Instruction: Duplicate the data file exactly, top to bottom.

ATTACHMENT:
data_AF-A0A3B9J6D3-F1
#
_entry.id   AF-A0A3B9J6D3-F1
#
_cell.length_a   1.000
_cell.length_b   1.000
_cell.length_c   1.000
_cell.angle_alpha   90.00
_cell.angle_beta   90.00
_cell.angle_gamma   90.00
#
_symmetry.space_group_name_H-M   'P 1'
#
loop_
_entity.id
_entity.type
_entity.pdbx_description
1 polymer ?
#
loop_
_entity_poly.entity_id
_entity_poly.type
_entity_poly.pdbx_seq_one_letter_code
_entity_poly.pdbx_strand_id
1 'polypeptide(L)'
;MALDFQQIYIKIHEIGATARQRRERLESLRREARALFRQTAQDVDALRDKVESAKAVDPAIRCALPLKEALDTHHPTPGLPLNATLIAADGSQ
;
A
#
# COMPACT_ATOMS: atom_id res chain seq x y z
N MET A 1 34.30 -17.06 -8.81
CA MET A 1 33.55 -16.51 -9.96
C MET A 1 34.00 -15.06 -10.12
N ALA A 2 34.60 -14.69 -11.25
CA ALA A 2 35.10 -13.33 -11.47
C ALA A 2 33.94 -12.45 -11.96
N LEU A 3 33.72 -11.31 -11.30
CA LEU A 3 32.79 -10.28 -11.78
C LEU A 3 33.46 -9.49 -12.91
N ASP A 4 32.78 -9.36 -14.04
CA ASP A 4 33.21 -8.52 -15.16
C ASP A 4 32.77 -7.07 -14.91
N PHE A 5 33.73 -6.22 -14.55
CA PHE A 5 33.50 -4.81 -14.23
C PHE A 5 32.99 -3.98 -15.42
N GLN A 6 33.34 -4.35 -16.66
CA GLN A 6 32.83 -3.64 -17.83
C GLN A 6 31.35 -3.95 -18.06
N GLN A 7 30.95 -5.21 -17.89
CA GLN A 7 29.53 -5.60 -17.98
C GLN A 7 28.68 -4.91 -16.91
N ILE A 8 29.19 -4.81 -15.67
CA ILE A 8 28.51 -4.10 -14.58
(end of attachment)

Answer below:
data_AF-A0A3B9J6D3-F1
#
_entry.id   AF-A0A3B9J6D3-F1
#
_cell.length_a   1.000
_cell.length_b   1.000
_cell.length_c   1.000
_cell.angle_alpha   90.00
_cell.angle_beta   90.00
_cell.angle_gamma   90.00
#
_symmetry.space_group_name_H-M   'P 1'
#
loop_
_entity.id
_entity.type
_entity.pdbx_description
1 polymer ?
#
loop_
_entity_poly.entity_id
_entity_poly.type
_entity_poly.pdbx_seq_one_letter_code
_entity_poly.pdbx_strand_id
1 'polypeptide(L)'
;MALDFQQIYIKIHEIGATARQRRERLESLRREARALFRQTAQDVDALRDKVESAKAVDPAIRCALPLKEALDTHHPTPGLPLNATLIAADGSQ
;
A
#
# COMPACT_ATOMS: atom_id res chain seq x y z
N MET A 1 34.30 -17.06 -8.81
CA MET A 1 33.55 -16.51 -9.96
C MET A 1 34.00 -15.06 -10.12
N ALA A 2 34.60 -14.69 -11.25
CA ALA A 2 35.10 -13.33 -11.47
C ALA A 2 33.94 -12.45 -11.96
N LEU A 3 33.72 -11.31 -11.30
CA LEU A 3 32.79 -10.28 -11.78
C LEU A 3 33.46 -9.49 -12.91
N ASP A 4 32.78 -9.36 -14.04
CA ASP A 4 33.21 -8.52 -15.16
C ASP A 4 32.77 -7.07 -14.91
N PHE A 5 33.73 -6.22 -14.55
CA PHE A 5 33.50 -4.81 -14.23
C PHE A 5 32.99 -3.98 -15.42
N GLN A 6 33.34 -4.35 -16.66
CA GLN A 6 32.83 -3.64 -17.83
C GLN A 6 31.35 -3.95 -18.06
N GLN A 7 30.95 -5.21 -17.89
CA GLN A 7 29.53 -5.60 -17.98
C GLN A 7 28.68 -4.91 -16.91
N ILE A 8 29.19 -4.81 -15.67
CA ILE A 8 28.51 -4.10 -14.58